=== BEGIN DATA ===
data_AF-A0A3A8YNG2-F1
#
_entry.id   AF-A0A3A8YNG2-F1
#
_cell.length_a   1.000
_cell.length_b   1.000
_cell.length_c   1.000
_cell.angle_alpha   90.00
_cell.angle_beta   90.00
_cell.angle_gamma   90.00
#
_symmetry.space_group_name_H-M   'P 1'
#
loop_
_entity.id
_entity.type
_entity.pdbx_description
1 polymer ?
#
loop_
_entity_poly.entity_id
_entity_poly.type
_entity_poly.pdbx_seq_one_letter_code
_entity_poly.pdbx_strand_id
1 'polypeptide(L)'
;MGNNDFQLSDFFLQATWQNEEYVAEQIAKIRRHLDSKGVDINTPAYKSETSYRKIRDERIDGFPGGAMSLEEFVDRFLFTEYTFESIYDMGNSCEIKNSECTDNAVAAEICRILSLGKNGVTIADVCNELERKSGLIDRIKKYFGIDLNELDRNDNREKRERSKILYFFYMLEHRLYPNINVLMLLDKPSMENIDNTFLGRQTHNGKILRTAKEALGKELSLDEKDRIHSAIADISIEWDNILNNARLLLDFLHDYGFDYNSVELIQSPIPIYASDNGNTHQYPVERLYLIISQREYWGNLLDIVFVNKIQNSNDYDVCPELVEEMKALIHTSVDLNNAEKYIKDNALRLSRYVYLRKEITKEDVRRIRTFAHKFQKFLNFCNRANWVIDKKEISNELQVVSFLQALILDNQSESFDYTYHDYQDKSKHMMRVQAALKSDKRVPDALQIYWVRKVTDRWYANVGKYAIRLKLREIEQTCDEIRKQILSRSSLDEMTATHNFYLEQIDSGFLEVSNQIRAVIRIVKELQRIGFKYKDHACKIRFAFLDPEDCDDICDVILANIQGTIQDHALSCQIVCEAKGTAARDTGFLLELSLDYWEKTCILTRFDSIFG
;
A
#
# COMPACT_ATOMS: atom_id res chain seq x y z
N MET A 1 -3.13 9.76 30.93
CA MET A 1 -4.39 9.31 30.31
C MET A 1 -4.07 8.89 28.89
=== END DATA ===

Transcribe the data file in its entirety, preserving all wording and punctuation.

data_AF-A0A3A8YNG2-F1
#
_entry.id   AF-A0A3A8YNG2-F1
#
_cell.length_a   1.000
_cell.length_b   1.000
_cell.length_c   1.000
_cell.angle_alpha   90.00
_cell.angle_beta   90.00
_cell.angle_gamma   90.00
#
_symmetry.space_group_name_H-M   'P 1'
#
loop_
_entity.id
_entity.type
_entity.pdbx_description
1 polymer ?
#
loop_
_entity_poly.entity_id
_entity_poly.type
_entity_poly.pdbx_seq_one_letter_code
_entity_poly.pdbx_strand_id
1 'polypeptide(L)'
;MGNNDFQLSDFFLQATWQNEEYVAEQIAKIRRHLDSKGVDINTPAYKSETSYRKIRDERIDGFPGGAMSLEEFVDRFLFTEYTFESIYDMGNSCEIKNSECTDNAVAAEICRILSLGKNGVTIADVCNELERKSGLIDRIKKYFGIDLNELDRNDNREKRERSKILYFFYMLEHRLYPNINVLMLLDKPSMENIDNTFLGRQTHNGKILRTAKEALGKELSLDEKDRIHSAIADISIEWDNILNNARLLLDFLHDYGFDYNSVELIQSPIPIYASDNGNTHQYPVERLYLIISQREYWGNLLDIVFVNKIQNSNDYDVCPELVEEMKALIHTSVDLNNAEKYIKDNALRLSRYVYLRKEITKEDVRRIRTFAHKFQKFLNFCNRANWVIDKKEISNELQVVSFLQALILDNQSESFDYTYHDYQDKSKHMMRVQAALKSDKRVPDALQIYWVRKVTDRWYANVGKYAIRLKLREIEQTCDEIRKQILSRSSLDEMTATHNFYLEQIDSGFLEVSNQIRAVIRIVKELQRIGFKYKDHACKIRFAFLDPEDCDDICDVILANIQGTIQDHALSCQIVCEAKGTAARDTGFLLELSLDYWEKTCILTRFDSIFG
;
A
#
# COMPACT_ATOMS: atom_id res chain seq x y z
N MET A 1 -3.13 9.76 30.93
CA MET A 1 -4.39 9.31 30.31
C MET A 1 -4.07 8.89 28.89